There exists a vector $c\in C$ with $c\cdot b=1$

Let $n$ be a positive integer, and $A$ be the set of all non-zero vectors of the form $(e_1,e_2,\dots,e_n)$, where $ e_i\in\{0,1\}$. So $|A|=2^n-1$. Let $B$ be a proper subset of $A$. Does there always exists a subset $C\subseteq A$ of size at most $n-1$ such that for any vector in $b\in B$, there exists a vector $c\in C$ with $c\cdot b=1$?

If we were to allow $B=A$, then we can choose a set $C$ of size $n$ to be the unit vectors $(1,0,\dots,0),(0,1,\dots,0),\dots,(0,0,\dots,1)$. Now, since we have $B$ is a proper subset of $A$, it seems we should also need a smaller $C$.

Solutions Collecting From Web of "There exists a vector $c\in C$ with $c\cdot b=1$"

Sure. We basically use a missing vector to define things in a way that saves us 1 member of $C$.

More formally, let $u$ be a vector missing from $B$, $S$ be the support of $u$, and let $v_i$ be the vector which has only one $1$ in the $i$-th position. Then define $C$ as follows:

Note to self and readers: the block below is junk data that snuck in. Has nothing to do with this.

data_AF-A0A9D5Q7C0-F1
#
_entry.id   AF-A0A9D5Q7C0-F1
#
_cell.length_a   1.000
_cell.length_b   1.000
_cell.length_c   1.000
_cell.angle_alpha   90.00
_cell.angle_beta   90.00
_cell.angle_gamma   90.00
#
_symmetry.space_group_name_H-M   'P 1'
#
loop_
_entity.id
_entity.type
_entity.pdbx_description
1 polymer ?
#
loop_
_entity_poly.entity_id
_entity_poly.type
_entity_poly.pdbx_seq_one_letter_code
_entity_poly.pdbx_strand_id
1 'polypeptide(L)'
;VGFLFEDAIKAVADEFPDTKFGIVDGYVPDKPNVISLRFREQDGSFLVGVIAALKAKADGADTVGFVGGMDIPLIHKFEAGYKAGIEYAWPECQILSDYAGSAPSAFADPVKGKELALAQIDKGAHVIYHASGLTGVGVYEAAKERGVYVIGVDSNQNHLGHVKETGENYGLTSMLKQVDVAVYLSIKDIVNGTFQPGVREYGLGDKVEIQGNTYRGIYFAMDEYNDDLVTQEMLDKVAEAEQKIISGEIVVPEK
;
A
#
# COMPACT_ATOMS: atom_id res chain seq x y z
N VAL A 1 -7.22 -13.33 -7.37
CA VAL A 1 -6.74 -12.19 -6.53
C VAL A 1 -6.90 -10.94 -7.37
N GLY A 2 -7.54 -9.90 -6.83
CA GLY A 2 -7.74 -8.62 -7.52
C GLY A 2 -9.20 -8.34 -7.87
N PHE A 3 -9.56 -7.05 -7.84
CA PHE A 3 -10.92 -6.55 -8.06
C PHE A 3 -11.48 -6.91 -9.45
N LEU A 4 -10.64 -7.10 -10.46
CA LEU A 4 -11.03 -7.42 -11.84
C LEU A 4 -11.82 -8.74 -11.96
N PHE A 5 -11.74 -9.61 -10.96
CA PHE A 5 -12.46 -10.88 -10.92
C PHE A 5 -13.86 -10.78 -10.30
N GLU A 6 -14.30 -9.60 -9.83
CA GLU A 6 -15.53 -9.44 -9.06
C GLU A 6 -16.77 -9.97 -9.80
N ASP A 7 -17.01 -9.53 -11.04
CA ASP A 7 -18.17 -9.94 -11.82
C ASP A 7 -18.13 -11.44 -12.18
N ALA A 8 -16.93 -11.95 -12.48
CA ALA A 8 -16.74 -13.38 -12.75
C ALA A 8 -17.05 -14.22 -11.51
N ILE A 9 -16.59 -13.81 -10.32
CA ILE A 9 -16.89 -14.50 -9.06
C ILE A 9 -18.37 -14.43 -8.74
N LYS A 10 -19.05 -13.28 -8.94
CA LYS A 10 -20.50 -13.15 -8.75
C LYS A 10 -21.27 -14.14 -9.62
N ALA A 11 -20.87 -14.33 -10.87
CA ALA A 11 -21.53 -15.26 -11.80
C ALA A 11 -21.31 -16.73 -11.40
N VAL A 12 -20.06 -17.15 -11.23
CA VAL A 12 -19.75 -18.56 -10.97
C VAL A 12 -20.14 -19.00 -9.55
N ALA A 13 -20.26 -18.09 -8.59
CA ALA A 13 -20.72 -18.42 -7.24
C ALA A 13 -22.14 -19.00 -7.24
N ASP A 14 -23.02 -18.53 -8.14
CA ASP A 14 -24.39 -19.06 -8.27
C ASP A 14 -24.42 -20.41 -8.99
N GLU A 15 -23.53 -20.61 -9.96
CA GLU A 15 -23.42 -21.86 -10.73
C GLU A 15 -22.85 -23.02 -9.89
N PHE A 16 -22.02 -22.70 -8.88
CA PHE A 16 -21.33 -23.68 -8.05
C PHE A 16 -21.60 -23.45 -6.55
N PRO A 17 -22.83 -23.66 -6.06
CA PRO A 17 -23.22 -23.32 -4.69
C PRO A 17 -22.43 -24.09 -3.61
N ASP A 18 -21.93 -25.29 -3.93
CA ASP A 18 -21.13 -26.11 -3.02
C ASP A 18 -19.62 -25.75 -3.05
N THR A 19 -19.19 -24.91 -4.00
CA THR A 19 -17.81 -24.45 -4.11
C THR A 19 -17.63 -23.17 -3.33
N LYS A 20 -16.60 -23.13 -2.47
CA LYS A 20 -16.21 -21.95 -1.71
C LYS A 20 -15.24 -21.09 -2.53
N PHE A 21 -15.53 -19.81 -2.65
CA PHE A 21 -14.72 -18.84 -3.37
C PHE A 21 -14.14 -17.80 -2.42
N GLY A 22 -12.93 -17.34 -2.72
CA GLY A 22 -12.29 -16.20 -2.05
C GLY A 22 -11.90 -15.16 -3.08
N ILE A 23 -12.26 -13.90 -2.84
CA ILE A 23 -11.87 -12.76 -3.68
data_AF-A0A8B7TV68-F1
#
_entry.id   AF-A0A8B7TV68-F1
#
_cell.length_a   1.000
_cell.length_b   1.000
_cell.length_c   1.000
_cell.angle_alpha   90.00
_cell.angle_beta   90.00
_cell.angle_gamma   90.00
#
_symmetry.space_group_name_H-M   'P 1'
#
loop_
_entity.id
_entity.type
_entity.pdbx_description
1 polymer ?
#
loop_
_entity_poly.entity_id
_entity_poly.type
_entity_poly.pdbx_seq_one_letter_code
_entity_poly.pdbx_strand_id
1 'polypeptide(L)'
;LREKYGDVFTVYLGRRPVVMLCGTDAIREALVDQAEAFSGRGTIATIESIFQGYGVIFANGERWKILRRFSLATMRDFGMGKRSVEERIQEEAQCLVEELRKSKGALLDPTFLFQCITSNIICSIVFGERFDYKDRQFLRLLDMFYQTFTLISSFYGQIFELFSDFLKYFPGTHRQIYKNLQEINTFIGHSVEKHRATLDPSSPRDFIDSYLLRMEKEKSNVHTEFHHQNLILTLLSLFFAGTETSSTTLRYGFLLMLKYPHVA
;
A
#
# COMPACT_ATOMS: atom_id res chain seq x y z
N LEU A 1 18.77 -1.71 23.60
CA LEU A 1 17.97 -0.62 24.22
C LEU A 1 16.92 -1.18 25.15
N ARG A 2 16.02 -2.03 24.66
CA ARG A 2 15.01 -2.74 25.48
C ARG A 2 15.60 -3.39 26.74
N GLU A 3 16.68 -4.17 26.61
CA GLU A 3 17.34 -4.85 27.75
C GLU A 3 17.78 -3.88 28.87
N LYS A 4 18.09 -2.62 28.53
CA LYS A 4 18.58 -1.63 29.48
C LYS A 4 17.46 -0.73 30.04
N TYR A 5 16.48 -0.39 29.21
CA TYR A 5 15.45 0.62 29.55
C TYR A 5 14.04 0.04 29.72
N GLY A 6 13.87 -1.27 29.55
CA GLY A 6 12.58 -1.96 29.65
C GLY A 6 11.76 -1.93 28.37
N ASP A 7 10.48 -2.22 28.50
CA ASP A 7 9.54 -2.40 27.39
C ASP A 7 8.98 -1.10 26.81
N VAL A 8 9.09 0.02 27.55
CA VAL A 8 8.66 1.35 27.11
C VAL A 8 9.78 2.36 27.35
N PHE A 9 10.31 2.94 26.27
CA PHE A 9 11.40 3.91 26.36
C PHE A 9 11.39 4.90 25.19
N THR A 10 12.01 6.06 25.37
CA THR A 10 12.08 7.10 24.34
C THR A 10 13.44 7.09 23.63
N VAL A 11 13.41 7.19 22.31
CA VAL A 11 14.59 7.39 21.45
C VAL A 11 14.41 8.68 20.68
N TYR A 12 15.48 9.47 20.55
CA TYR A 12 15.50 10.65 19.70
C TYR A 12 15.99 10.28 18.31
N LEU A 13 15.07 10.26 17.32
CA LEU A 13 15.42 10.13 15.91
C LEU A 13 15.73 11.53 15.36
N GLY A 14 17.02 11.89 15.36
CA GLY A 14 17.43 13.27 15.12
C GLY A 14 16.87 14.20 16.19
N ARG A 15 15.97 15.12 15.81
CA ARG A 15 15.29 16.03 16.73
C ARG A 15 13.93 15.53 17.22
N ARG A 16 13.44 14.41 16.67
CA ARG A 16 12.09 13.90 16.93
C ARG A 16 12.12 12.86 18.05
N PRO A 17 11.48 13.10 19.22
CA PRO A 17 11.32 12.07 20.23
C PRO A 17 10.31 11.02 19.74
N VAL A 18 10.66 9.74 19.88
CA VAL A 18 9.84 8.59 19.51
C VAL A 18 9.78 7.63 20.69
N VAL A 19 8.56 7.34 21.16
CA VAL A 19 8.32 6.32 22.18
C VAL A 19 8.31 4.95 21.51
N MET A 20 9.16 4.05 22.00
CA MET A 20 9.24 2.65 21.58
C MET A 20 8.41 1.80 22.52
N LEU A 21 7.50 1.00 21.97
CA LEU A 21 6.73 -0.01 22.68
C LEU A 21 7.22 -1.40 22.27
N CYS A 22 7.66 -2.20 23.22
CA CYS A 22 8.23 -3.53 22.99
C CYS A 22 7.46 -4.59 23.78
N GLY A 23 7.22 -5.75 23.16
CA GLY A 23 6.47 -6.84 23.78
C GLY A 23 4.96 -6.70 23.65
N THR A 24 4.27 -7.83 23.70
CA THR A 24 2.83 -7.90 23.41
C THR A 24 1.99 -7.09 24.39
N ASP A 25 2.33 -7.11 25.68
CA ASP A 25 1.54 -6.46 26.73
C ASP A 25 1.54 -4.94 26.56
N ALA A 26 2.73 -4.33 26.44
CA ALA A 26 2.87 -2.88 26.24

• include in $C$ all vectors $v_i$ for $i\notin S$;
  • fix some $s\in S$, and include in $C$ all vectors of the form $v_s + v_j$ where $j\in S-\{s\}$.

This gives a total of $|C|=n-1$ elements. Now let $v\in B$ be any vector. If $v_i=1$ for some $i\notin S$, we can just use $v_i\in C$. Otherwise, the support of $v$ is a subset of $S$. If $v_s\neq 1$, there will be some $j$ such that $v_j=1$ and we can use $v_s+v_j\in C$.

Otherwise, $v_s=1$; this is the key step: this means there will be $j\in S$ such that $v_j=0$, since otherwise $v=u$. Thus, we can use $v_s+v_j\in C$.

This covers all cases and completes the analysis.